Well, here we are, Dearly Beloved, the last leg of my quiz catch up this weekend, and arguably the one that I have the most personal stake in. My alma mater, University of London Goldsmith’s College, making what may well be their first ever appearance in the second round of University Challenge. Goldies were represented by Keshava Guha, Ieuan Cox, Jamie Robinson and effervescent skipper, Diana Issokson. Their opponents were Glasgow, represented by Lewis Barn, Freya Whiteford, Cameron Herbert, and captain James Hampson. This team had shown ominously good form in beating Emmanuel in the first round. I needn’t remind you that the same Emmanuel team are already in the quarter finals.
Freya Whiteford opened Glasgow’s account, recognising definitions of the word broadcast. This was after Keshava Guha dropped five for an incorrect early buzz. Film soundtracks brought them two more correct answers. James Hamspon was incredibly crick to realise that an article in Nature in 1953 would be Crick and Watson’s – presumably revealing the structure of DNA. Bonuses on Sir David Brewster yielded just five more points. The nezt starter, on the location of the University of Debrecen, was one of those you had to have patience with. As soon as it became clear, Cameron Herbert buzzed in with the correct answer of Hungary. Pairs of words beginning with the same doubled vowels provided another single bonus. For the picture starter we saw an actresses nominations for Oscars, and the films for which she was nominated but didn’t win. James Hampson identified the actress as Helen Mirren, and the film as The Queen. Once again, they took a single bonus on more of the same. Nobody really got the next starter on palindromic names, but Keshava Guha came in too early to put Goldies a little further into the red. Thus, on the cusp of the 10 minute mark things were looking bad for my guys, as Glasgow led by 65 to minus 10.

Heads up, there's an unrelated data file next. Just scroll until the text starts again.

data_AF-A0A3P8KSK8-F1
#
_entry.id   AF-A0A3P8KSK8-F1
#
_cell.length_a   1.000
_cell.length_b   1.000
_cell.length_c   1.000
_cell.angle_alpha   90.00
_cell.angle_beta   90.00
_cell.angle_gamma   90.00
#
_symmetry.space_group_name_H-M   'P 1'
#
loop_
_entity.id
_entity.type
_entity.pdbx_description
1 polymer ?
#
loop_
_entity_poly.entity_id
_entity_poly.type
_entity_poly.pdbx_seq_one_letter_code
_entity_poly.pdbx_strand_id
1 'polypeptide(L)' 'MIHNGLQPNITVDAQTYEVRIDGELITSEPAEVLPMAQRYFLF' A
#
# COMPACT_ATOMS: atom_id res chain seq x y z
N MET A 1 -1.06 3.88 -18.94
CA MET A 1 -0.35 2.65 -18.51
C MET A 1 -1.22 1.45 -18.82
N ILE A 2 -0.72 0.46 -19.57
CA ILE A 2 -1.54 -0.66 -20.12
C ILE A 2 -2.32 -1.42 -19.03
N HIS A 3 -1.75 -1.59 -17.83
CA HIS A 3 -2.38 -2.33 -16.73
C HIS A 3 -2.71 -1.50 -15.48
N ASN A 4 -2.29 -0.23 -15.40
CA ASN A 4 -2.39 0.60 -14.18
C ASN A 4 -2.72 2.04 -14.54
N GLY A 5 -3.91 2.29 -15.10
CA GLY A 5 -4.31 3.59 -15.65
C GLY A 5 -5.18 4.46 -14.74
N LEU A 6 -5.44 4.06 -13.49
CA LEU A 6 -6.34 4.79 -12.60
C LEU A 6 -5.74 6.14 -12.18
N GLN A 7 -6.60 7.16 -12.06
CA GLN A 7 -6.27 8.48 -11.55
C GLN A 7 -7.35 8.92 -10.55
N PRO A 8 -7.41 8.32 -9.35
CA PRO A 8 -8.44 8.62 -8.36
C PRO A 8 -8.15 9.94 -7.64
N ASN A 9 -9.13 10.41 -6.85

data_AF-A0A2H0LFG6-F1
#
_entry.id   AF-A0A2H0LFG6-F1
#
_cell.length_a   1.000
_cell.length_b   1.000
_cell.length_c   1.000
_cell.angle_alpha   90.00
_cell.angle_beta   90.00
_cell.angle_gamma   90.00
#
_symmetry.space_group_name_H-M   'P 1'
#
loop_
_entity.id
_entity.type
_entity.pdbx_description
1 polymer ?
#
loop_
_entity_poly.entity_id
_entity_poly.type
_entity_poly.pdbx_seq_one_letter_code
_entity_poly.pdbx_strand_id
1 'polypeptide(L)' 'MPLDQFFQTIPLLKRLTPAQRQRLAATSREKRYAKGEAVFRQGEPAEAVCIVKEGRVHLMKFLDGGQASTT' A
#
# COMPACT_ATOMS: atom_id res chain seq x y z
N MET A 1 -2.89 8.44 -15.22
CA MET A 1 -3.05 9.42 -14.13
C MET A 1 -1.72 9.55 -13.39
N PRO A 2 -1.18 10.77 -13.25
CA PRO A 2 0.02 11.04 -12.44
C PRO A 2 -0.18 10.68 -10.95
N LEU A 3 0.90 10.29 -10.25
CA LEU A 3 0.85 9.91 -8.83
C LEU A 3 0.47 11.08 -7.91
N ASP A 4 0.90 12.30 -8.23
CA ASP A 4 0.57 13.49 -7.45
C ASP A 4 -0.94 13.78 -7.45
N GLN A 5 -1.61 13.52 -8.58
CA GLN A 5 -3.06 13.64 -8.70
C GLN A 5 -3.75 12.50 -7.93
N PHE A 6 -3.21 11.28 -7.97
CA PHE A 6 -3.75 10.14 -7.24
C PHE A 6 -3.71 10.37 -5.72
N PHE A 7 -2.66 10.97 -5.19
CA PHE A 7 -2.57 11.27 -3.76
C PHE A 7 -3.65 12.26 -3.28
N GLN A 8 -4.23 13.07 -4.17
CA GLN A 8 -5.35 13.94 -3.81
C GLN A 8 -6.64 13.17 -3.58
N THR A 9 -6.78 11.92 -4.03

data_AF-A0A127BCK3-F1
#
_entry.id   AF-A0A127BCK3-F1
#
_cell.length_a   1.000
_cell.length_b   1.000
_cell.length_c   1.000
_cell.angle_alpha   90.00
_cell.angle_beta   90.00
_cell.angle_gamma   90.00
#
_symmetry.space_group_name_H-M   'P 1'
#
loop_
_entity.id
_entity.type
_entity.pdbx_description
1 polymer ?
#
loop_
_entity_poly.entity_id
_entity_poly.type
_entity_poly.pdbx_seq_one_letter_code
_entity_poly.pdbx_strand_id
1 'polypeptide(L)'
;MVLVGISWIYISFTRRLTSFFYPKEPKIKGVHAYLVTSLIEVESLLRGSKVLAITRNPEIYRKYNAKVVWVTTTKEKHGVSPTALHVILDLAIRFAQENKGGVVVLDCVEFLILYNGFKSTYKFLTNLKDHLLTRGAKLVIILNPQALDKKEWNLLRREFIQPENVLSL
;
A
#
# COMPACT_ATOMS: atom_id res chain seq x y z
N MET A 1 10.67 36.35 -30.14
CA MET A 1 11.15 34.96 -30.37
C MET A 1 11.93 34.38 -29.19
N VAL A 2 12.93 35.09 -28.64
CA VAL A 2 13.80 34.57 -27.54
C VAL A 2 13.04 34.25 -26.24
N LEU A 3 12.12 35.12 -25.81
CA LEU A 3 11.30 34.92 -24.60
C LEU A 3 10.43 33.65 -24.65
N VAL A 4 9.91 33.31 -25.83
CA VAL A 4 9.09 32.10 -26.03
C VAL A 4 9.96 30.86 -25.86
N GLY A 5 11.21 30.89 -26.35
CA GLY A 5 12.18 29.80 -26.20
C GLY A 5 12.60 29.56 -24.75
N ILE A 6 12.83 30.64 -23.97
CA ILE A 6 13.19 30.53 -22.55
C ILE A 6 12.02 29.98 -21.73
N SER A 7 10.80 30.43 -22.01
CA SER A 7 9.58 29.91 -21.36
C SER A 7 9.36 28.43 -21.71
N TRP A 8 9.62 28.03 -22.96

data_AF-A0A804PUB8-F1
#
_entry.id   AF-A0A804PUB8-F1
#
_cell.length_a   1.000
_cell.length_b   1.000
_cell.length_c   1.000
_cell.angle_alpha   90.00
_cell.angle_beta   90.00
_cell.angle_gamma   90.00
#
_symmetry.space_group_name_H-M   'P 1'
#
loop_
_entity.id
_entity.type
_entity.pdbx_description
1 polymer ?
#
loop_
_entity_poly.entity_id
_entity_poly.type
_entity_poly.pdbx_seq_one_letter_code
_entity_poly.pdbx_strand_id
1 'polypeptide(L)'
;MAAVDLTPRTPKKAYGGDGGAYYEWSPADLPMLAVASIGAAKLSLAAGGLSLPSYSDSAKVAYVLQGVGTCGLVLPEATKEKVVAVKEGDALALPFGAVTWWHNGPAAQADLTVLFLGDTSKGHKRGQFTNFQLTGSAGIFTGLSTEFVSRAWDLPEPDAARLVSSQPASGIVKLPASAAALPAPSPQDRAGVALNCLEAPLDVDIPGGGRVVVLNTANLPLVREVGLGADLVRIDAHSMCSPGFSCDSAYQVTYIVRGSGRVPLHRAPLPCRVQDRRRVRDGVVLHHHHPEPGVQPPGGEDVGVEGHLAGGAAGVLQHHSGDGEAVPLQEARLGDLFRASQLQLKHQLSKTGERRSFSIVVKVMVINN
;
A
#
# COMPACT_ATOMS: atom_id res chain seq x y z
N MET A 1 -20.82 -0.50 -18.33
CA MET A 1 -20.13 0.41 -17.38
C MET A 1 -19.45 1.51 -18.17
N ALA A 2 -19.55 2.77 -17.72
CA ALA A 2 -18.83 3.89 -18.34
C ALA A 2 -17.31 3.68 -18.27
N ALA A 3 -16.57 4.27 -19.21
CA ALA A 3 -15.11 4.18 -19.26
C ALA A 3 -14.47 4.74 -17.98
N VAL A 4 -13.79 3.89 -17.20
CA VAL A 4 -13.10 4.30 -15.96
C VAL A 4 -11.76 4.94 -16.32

Right, if you should be asked for a 17th century female writer, you’ll never be that far off with Aphra Behn. That’s what James Hampson said, and he was spot on. Place name elements n China and Japan promised but little, which is more than it delivered me, although Glasgow did again manage one bonus. I correctly guessed that the Nomonhan Incident involved the USSR and Japan, as did Cameron Herbert. This took the lead to 100 points, but things denoted by the Greek letter lambda did no favours to any of us. Goldies looked so dispirited by this time that nobody even tried to buzz for the next starter, allowing Cameron Herbert to score with a speculative punt that the flower being described was bluebell. You’ve guessed it – one bonus was taken on literature and substance abuse. So to the music starter. Now, I often say if it’s classical, and you don’t know, and none of your team is buzzing, then give Beethoven a go. That’s what Cameron Herbert did, and he was right! How many bonuses did they get? One! Mind you, captain James Hampson tried hard to persude his team out of that one right answer. Now, let me tell you that by this point I was worrying that Goldies were going to end up with the lowest score ever. The contest was over haflway through, and they hadn’t answered anything correctly yet. Especially when Keshava Guha, doing what you must do in such straits, by hitting and hoping, lost another 5 points. Glasgow didn’t know the term abduction either, but they had a three figure lead, and at this stage it didn’t seem as if their squandering of bonus opportunities was going to matter in the least. Finally captain Diana Issokson stopped the rot by answering that moss sometimes forms peat. Dadabhai Naoroji provided the two bonuses needed to at least give Goldies a positive total. The Goldies’ skipper, seemingly warming to the task. Identified a lighthouse for the next starter. Female composers brought another two bonuses which meant that, as we reached the 20 minute mark, the deficit was back to single figures, as Glasgow led by 120 – 25.